The Latest and Greatest Can Be Costly
Beyond the efficient interpretation and analysis of drone-captured data, some firms are separating themselves from the pack with a much higher level of investment. I’ve seen some good and bad examples of this in recent years. With deep pockets and good timing, a company can propel ahead in the drone game, and a good example of this resides in the film industry. Not everyone can match the custom-built drone technology that a Revered Cinema brings to the table, for example. They have a solid approach to marketing as well, including direct statistical comparisons of their custom drones to the latest from their top competition (see video below).
Rapture drone from Revered Cinema for professional film shoots from the air (2018).
Other examples that I’ve seen have proven that being on the leading edge can easily shift over to the bleeding edge on occasion. One example was an experience I had with an Okanagan-based provider who had been mounting LiDAR on one of their large quadcopter builds. I was involved with a pipeline RoW project that was a good candidate for LiDAR (versus photogrammetry) due to the need for quality terrain data and the overgrowth present on site. After receiving a quote from them, I almost fell to the floor. I can understand the need for return on investment and make sure you are charging what you are worth, but this was excessive. It was more than double what traditional LiDAR data collection would have cost for a site of this size. The moral of this story was the infancy of Remotely Piloted Aircraft and LiDAR systems. Over the next year, prices will continue to drop with more RPAS-compatible LiDAR sensors added to the mix (such as Ouster) and in turn, the price for this service will come down as well.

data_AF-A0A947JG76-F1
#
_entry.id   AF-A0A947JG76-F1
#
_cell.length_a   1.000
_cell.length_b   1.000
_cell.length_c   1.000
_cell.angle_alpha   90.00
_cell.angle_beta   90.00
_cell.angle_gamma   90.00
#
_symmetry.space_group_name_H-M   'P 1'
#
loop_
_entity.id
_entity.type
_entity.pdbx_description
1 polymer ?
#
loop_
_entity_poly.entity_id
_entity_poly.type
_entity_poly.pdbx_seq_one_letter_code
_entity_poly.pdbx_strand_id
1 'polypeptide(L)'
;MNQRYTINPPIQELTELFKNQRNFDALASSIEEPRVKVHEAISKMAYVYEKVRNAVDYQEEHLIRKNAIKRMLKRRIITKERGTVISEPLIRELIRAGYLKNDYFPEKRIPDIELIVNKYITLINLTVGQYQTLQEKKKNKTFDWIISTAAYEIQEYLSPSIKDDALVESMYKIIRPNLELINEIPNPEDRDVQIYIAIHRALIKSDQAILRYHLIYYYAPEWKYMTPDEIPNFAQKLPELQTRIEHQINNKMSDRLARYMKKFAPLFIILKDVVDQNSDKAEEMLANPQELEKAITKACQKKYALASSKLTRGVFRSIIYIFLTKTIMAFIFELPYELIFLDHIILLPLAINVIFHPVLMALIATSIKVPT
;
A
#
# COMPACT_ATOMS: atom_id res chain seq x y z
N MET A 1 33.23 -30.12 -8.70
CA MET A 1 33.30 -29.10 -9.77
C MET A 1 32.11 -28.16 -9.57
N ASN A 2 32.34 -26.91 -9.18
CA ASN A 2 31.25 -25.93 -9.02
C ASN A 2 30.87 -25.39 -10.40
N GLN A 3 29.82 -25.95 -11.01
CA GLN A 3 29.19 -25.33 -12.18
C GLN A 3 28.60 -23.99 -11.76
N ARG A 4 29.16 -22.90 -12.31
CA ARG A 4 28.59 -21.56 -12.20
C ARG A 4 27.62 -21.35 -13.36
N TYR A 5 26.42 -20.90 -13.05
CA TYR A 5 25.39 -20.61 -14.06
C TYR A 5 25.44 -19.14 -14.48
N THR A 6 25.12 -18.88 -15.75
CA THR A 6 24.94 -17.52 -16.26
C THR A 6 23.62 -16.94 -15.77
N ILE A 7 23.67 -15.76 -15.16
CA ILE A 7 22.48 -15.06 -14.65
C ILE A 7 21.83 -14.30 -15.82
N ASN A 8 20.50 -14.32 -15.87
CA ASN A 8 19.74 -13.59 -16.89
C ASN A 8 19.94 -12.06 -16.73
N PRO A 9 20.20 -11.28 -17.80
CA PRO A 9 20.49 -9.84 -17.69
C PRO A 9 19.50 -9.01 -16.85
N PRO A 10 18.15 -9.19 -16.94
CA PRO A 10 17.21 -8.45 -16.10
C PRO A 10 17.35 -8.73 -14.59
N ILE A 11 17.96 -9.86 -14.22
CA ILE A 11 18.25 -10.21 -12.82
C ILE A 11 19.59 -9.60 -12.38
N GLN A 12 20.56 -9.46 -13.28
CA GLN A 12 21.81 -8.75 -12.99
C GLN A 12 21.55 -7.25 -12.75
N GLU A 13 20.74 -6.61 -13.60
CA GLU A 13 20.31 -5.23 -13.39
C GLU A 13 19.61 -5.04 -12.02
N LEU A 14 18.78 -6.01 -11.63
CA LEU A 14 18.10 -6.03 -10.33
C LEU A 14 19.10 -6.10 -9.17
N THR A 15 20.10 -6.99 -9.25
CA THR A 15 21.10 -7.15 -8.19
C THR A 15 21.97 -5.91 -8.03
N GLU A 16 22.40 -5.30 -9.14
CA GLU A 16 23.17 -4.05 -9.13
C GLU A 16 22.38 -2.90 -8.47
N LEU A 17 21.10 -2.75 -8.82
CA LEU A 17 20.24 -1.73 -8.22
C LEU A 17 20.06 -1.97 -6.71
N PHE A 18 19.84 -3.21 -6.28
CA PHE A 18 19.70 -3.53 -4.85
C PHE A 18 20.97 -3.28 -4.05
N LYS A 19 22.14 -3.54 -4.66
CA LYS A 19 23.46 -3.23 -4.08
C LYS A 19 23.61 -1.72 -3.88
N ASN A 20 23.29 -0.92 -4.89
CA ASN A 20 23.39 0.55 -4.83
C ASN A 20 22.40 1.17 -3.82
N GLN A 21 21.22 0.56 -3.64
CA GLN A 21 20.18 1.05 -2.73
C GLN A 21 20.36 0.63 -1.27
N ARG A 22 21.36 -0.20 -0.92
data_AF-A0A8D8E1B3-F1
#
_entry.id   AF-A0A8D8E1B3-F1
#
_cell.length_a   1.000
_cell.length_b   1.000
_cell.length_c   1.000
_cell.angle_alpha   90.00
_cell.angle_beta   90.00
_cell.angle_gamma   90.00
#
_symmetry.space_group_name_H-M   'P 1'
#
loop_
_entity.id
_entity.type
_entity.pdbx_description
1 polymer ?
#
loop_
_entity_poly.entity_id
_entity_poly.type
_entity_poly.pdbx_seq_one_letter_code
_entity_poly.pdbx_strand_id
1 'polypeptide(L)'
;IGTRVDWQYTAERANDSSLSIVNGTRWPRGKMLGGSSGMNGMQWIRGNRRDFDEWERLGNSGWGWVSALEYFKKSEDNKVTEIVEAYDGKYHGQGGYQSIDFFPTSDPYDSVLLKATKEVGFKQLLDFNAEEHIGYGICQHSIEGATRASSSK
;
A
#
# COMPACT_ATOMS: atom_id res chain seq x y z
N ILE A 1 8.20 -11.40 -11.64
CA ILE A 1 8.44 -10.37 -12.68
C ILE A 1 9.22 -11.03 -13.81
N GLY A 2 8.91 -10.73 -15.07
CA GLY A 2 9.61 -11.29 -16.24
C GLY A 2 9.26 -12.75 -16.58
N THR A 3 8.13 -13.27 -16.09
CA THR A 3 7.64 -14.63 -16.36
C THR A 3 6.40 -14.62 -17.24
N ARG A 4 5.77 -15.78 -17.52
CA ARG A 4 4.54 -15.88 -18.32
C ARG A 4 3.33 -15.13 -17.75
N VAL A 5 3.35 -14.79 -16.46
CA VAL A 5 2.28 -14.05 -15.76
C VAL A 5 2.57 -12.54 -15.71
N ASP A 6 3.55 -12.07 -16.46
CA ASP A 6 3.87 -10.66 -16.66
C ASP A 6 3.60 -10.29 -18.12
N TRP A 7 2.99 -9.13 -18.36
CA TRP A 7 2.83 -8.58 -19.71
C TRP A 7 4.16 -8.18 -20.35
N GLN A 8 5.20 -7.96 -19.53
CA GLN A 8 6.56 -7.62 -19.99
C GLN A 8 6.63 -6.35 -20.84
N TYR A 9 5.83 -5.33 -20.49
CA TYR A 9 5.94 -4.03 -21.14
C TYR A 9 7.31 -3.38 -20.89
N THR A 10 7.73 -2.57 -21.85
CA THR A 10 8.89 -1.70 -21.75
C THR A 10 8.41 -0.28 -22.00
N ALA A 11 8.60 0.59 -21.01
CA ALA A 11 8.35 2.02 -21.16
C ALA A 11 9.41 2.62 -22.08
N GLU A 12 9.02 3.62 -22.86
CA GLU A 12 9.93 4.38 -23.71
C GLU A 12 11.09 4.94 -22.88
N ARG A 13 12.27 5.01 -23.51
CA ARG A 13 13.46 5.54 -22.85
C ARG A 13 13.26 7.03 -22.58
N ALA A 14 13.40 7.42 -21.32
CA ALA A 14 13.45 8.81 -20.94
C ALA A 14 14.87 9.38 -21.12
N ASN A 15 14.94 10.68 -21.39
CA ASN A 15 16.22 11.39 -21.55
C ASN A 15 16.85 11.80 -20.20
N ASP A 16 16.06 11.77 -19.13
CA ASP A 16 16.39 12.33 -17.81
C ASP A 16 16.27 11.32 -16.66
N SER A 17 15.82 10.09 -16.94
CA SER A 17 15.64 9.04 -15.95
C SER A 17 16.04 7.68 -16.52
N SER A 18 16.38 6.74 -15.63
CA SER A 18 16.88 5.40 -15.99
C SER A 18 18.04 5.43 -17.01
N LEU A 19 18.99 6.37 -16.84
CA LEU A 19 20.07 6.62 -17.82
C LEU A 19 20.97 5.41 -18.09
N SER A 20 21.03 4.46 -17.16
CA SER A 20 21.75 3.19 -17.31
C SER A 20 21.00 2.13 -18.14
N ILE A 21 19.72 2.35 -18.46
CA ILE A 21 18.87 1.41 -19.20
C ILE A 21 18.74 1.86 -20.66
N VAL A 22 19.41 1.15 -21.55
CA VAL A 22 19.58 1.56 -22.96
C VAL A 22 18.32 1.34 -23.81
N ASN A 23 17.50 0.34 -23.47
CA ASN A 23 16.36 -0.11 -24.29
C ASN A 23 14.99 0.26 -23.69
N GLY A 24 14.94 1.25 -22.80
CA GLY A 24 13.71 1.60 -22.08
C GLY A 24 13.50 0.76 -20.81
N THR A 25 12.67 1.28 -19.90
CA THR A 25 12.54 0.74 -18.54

In summary, there are no shortcuts to providing top quality drone services, even if it seems like that is possible when you are new to the industry. The commercial drone industry is maturing at a rapid pace, and I think everyone involved has a lot more to gain in the coming years as longer range operations (i.e. Beyond Visual Line of Sight flight missions) become more common, flight times are maximized, and drone/sensor technology continues to advance.
(Side note about the photo at the top of this post: this shows part of an orthomosaic that I compiled earlier this year in the Solomon Islands, flown during a spill response down there. Overall, a great experience utilizing drones for shoreline cleanup, skimming support and daily oil tracking.
Mike Morellato is the lead author and founder of WorkingWithDrones.com. He works with drones and their data at Strategic in Campbell River, BC (Canada).